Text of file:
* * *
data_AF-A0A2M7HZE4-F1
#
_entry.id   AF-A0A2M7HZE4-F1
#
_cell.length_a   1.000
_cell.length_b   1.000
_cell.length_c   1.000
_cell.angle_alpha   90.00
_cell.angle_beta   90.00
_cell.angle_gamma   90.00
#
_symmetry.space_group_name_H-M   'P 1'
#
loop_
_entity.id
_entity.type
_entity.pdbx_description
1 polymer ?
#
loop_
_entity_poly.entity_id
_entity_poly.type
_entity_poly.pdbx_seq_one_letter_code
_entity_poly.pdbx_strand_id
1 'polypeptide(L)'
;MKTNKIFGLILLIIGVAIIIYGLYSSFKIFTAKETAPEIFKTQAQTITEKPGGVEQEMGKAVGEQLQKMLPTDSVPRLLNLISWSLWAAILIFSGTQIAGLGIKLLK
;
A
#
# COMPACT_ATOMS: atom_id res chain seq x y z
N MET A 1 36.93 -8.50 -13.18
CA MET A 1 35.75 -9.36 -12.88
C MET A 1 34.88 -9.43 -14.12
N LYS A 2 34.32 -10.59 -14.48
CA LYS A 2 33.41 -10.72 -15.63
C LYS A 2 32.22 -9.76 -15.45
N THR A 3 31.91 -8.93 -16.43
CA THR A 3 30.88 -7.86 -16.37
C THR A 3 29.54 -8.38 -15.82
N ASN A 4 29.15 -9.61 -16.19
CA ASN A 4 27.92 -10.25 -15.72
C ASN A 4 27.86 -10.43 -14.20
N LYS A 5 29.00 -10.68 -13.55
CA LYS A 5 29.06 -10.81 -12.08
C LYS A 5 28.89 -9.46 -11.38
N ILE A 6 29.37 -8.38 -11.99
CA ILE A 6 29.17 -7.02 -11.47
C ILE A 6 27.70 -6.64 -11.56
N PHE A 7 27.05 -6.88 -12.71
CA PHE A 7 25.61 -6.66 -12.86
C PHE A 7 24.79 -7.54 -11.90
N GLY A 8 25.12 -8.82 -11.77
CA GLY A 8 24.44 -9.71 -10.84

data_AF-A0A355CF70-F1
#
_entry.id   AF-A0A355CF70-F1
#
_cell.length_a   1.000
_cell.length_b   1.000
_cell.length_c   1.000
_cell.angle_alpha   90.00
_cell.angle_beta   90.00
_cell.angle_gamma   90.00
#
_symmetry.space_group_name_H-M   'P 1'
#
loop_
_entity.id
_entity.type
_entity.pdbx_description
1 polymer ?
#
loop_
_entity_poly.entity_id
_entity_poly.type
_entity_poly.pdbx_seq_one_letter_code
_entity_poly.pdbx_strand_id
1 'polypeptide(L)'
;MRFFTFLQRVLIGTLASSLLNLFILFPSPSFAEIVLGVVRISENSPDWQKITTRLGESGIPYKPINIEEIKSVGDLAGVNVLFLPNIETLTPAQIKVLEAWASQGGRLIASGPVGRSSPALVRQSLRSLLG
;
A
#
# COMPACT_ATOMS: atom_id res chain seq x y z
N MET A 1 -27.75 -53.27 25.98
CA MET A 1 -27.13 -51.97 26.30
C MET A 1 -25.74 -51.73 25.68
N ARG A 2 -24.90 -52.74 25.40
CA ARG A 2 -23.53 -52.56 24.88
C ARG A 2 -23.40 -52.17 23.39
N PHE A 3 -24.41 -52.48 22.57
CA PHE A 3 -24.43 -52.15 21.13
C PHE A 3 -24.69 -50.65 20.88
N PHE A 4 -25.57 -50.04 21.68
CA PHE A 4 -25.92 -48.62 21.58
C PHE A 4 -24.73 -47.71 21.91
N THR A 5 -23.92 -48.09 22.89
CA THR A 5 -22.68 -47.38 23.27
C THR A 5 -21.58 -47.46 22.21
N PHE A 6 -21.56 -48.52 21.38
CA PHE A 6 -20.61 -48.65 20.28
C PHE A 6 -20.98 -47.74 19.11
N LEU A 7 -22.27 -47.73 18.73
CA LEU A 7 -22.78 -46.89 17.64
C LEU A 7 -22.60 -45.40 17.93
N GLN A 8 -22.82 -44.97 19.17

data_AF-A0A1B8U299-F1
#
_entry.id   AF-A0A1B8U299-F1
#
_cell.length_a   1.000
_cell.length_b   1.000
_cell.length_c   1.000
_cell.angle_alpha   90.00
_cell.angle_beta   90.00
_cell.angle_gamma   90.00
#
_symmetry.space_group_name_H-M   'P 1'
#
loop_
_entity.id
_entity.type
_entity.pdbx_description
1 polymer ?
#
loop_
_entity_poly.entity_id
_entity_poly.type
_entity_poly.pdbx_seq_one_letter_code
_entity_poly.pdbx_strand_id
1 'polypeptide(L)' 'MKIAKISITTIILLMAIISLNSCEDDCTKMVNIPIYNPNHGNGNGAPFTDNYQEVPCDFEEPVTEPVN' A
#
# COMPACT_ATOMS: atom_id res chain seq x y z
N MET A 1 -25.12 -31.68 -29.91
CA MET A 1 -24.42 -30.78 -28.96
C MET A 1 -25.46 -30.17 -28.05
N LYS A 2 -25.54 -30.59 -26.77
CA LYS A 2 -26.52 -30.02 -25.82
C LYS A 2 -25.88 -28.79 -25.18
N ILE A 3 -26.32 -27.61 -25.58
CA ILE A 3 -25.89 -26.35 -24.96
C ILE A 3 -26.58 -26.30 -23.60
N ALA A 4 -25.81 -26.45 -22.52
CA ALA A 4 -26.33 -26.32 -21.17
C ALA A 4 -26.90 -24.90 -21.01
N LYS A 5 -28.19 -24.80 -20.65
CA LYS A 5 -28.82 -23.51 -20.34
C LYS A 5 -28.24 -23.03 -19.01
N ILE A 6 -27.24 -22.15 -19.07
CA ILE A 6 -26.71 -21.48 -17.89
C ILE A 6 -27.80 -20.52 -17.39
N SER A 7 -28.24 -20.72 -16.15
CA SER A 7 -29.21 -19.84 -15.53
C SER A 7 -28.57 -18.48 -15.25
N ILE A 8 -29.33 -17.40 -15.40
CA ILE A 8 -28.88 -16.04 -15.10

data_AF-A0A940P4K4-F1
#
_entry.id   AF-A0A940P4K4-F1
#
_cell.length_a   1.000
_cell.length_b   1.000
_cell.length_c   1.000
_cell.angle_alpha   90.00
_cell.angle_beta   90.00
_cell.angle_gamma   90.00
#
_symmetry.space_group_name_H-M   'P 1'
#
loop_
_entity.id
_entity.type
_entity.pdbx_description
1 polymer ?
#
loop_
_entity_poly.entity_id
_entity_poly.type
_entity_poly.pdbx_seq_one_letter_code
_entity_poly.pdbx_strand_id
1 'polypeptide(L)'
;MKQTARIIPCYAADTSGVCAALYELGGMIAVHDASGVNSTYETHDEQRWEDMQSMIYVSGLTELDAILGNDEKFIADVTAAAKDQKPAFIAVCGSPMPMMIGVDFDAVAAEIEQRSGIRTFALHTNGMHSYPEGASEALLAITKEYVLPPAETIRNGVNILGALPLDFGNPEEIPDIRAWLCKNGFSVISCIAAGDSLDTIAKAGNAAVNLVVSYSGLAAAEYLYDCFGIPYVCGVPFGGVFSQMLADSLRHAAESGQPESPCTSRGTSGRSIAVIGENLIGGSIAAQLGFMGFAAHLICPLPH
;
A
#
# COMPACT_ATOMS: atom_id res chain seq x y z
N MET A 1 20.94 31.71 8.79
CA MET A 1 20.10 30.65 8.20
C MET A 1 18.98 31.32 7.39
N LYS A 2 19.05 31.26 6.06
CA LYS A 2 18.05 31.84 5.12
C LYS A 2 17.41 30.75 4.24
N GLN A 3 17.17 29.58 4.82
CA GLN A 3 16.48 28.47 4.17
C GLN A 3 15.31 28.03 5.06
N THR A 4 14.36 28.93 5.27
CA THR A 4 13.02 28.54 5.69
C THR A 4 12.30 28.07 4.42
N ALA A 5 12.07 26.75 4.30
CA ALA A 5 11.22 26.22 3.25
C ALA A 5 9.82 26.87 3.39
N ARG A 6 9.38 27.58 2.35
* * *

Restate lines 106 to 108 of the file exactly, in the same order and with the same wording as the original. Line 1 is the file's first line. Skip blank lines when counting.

data_AF-A0A1B8U299-F1
#
_entry.id   AF-A0A1B8U299-F1